Following retirement he became a journalist and is a cricket commentator with Sky Sports, cricket correspondent of The Times. Atherton was born in Failsworth, England, his family includes several lesser known sportspeople, such as his father Alan, a former Manchester United reserve goalkeeper in the 1960s. As a youth, he captained the Manchester Grammar School cricket team, for whom he scored 3,500 runs and took 170 wickets, his performances led to selection for the England under-19 team, which he captained aged 16. He represented Lancashire Schools from 1982 to 1986. In 1983 he won the Jack Hobbs Memorial Award as the Outstanding Schoolboy Cricketer at under-15 level. In a match against the Marylebone Cricket Club in 1984 he took 6–27. Entering Downing College, Cambridge, to read History, he was selected at 18 to play for Cambridge University Cricket Club and awarded a blue. A year he made 73 on his county debut for Lancashire, scoring his maiden first-class hundred against Derbyshire a fortnight later.
During this time he represented his university, the Combined Universities cricket team and his county. This early rise through the ranks, extensive leadership experience earned him the nickname "FEC", thought to have stood for "future England captain". In his autobiography Opening Up, Atherton is candid about the fact that there are more colourful alternatives for "FEC". Atherton's heady rise continued when he made his debut for England in the fifth test against Australia at Trent Bridge, where he scored 0 and 47. Atherton's chance came when several England players announced their decision to go on a rebel tour to South Africa and so were banned from the Test team. Despite these defections, he was selected as vice-captain of the 1989–90 A-team tour to Zimbabwe rather than for the West Indies tour, he learned that he would make his debut when captain David Gower threw a plastic bag of England caps and sweaters at him. Atherton returned to the England side in the summer of 1990, partnering Graham Gooch at the top of the order and giving the first demonstration of his abilities at international level.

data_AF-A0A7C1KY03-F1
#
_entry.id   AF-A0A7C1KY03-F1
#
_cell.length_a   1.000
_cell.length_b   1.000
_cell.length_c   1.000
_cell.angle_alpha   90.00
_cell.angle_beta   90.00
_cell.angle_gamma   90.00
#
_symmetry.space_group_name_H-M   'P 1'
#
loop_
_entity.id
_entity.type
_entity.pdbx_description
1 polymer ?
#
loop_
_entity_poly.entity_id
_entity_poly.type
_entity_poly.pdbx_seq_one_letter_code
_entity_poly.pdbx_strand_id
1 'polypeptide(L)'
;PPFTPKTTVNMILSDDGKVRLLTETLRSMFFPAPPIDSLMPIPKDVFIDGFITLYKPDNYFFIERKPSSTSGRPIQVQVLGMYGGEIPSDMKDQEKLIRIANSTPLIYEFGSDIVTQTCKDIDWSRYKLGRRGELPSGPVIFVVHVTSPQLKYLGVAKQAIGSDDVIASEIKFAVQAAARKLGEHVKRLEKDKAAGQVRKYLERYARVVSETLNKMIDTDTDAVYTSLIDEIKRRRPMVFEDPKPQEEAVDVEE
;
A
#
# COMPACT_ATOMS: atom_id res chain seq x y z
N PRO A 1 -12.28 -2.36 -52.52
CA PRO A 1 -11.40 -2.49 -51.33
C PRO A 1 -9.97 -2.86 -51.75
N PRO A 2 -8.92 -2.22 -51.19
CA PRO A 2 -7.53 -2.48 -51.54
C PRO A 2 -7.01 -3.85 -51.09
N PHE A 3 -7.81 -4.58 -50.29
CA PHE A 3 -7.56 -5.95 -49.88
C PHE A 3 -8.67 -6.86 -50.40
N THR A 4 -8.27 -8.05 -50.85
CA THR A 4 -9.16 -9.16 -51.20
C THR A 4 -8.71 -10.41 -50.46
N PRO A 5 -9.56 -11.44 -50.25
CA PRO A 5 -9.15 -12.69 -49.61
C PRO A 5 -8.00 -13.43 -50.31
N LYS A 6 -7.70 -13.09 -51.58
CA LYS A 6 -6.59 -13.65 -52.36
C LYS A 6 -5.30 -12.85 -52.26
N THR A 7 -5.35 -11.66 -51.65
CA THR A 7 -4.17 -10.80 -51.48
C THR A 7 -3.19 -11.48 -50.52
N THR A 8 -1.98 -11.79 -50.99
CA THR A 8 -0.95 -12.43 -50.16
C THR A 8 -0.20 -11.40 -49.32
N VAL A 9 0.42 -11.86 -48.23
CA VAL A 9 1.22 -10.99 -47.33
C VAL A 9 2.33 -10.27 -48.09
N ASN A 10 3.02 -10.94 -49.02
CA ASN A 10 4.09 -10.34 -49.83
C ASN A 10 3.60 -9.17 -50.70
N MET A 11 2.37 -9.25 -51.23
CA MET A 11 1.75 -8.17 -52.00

In his first innings after recall, his first opening the batting for England, he scored 151 against New Zealand. He shared an opening partnership of 204 with Gooch against India at Lord's, in the match famous for Gooch's scores of 333 and 123, Test centuries against New Zealand and India earned him the title of Young Cricketer of the Year. During the winter of 1990–91, Atherton faced a sterner test on the Ashes tour of Australia. Although he made a century in the third Test at Sydney, he averaged just 31 for his 279 runs, England lost 3–0; when Australia arrived for the 1993 Ashes series, Atherton's place in the team was not assured. However, a consistent summer, during which he scored six 50s in six Tests, cemented his place in the side at a fortunate time. Graham Gooch, frustrated by continual losses against Australia, resigned as captain after the fourth Test and Atherton, aged just 25, replaced him, he lost his first match in charge but England managed to beat Australia in a morale-boosting final Test.
Atherton's first tour as captain, to the West Indies in the winter of 1993–94, was not a success as England lost 3–1. This was a series of highs and lows: Brian Lara of the West Indies compiled a world-record 375 against them at Antigua. For his part, Atherton was the best of the English batsmen, scoring 510 runs at an average of 56.67. Earning plaudits for his determination and leadership, Atherton followed up with two centuries in the first two Tests at home against New Zealand, his reputation suffered a blow when he was implicated in a ball-tampering controversy during the first Test against South Africa at Lord's, for which he was fined £2,000 by Ray Illingworth. Atherton was accused of lying to the match referee. Atherton claims in his autobiography that he answered'no' when asked if he had anything in his pockets, he believed that Burge was referring to nefarious substances such as lip salve. Nonetheless the TV pictures were damning, showing Atherton deliberately putting dirt, taken from the pitch, on the ball.
Speaking, Atherton was not breaking the laws – he pointed out that plenty of bowlers improve their grip on the ball by rubbing their hands on the pitch. After this incident